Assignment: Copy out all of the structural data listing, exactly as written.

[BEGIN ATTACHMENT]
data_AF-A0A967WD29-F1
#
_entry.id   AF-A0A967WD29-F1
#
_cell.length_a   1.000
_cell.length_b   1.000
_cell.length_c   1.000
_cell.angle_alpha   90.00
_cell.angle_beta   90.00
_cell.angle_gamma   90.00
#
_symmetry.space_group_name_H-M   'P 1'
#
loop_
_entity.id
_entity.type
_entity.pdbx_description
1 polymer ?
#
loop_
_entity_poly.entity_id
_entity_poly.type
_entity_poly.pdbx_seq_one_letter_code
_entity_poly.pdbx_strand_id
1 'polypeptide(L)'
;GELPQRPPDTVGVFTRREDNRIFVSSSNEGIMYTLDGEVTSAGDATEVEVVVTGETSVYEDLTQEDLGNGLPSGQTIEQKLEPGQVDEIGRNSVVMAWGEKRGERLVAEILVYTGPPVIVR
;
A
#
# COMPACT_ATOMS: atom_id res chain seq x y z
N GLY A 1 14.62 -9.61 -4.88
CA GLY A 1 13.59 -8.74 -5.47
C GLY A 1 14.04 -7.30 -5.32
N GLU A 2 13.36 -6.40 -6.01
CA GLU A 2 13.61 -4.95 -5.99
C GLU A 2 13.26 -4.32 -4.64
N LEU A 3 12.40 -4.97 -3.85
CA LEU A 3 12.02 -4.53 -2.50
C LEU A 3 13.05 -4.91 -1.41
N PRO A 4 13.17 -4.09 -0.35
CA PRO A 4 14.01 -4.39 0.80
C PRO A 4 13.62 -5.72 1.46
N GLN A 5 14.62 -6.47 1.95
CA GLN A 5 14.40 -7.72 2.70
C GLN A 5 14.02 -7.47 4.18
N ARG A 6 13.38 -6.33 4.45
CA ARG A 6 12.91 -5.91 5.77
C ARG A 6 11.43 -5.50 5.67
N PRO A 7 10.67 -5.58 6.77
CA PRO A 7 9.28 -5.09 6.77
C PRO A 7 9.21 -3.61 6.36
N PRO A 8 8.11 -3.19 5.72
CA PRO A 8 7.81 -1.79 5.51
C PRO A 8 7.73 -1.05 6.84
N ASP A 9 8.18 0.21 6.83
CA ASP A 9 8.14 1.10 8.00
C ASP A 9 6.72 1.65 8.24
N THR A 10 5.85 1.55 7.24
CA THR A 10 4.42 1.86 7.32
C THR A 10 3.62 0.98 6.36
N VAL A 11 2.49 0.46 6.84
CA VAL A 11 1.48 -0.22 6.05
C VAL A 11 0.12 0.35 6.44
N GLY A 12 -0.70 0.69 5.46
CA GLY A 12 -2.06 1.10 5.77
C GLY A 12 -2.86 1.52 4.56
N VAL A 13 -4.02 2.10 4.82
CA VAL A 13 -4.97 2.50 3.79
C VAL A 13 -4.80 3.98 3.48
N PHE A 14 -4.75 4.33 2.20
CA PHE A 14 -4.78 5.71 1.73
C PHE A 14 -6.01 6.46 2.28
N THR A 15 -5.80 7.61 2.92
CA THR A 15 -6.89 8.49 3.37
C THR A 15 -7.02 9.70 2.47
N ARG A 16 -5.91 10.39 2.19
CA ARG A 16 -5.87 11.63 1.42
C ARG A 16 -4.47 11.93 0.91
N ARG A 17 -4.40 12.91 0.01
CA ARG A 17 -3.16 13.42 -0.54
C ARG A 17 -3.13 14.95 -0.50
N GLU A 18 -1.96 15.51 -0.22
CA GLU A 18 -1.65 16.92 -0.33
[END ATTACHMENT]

data_AF-A0A967WD29-F1
#
_entry.id   AF-A0A967WD29-F1
#
_cell.length_a   1.000
_cell.length_b   1.000
_cell.length_c   1.000
_cell.angle_alpha   90.00
_cell.angle_beta   90.00
_cell.angle_gamma   90.00
#
_symmetry.space_group_name_H-M   'P 1'
#
loop_
_entity.id
_entity.type
_entity.pdbx_description
1 polymer ?
#
loop_
_entity_poly.entity_id
_entity_poly.type
_entity_poly.pdbx_seq_one_letter_code
_entity_poly.pdbx_strand_id
1 'polypeptide(L)'
;GELPQRPPDTVGVFTRREDNRIFVSSSNEGIMYTLDGEVTSAGDATEVEVVVTGETSVYEDLTQEDLGNGLPSGQTIEQKLEPGQVDEIGRNSVVMAWGEKRGERLVAEILVYTGPPVIVR
;
A
#
# COMPACT_ATOMS: atom_id res chain seq x y z
N GLY A 1 14.62 -9.61 -4.88
CA GLY A 1 13.59 -8.74 -5.47
C GLY A 1 14.04 -7.30 -5.32
N GLU A 2 13.36 -6.40 -6.01
CA GLU A 2 13.61 -4.95 -5.99
C GLU A 2 13.26 -4.32 -4.64
N LEU A 3 12.40 -4.97 -3.85
CA LEU A 3 12.02 -4.53 -2.50
C LEU A 3 13.05 -4.91 -1.41
N PRO A 4 13.17 -4.09 -0.35
CA PRO A 4 14.01 -4.39 0.80
C PRO A 4 13.62 -5.72 1.46
N GLN A 5 14.62 -6.47 1.95
CA GLN A 5 14.40 -7.72 2.70
C GLN A 5 14.02 -7.47 4.18
N ARG A 6 13.38 -6.33 4.45
CA ARG A 6 12.91 -5.91 5.77
C ARG A 6 11.43 -5.50 5.67
N PRO A 7 10.67 -5.58 6.77
CA PRO A 7 9.28 -5.09 6.77
C PRO A 7 9.21 -3.61 6.36
N PRO A 8 8.11 -3.19 5.72
CA PRO A 8 7.81 -1.79 5.51
C PRO A 8 7.73 -1.05 6.84
N ASP A 9 8.18 0.21 6.83
CA ASP A 9 8.14 1.10 8.00
C ASP A 9 6.72 1.65 8.24
N THR A 10 5.85 1.55 7.24
CA THR A 10 4.42 1.86 7.32
C THR A 10 3.62 0.98 6.36
N VAL A 11 2.49 0.46 6.84
CA VAL A 11 1.48 -0.22 6.05
C VAL A 11 0.12 0.35 6.44
N GLY A 12 -0.70 0.69 5.46
CA GLY A 12 -2.06 1.10 5.77
C GLY A 12 -2.86 1.52 4.56
N VAL A 13 -4.02 2.10 4.82
CA VAL A 13 -4.97 2.50 3.79
C VAL A 13 -4.80 3.98 3.48
N PHE A 14 -4.75 4.33 2.20
CA PHE A 14 -4.78 5.71 1.73
C PHE A 14 -6.01 6.46 2.28
N THR A 15 -5.80 7.61 2.92
CA THR A 15 -6.89 8.49 3.37
C THR A 15 -7.02 9.70 2.47
N ARG A 16 -5.91 10.39 2.19
CA ARG A 16 -5.87 11.63 1.42
C ARG A 16 -4.47 11.93 0.91
N ARG A 17 -4.40 12.91 0.01
CA ARG A 17 -3.16 13.42 -0.54
C ARG A 17 -3.13 14.95 -0.50
N GLU A 18 -1.96 15.51 -0.22
CA GLU A 18 -1.65 16.92 -0.33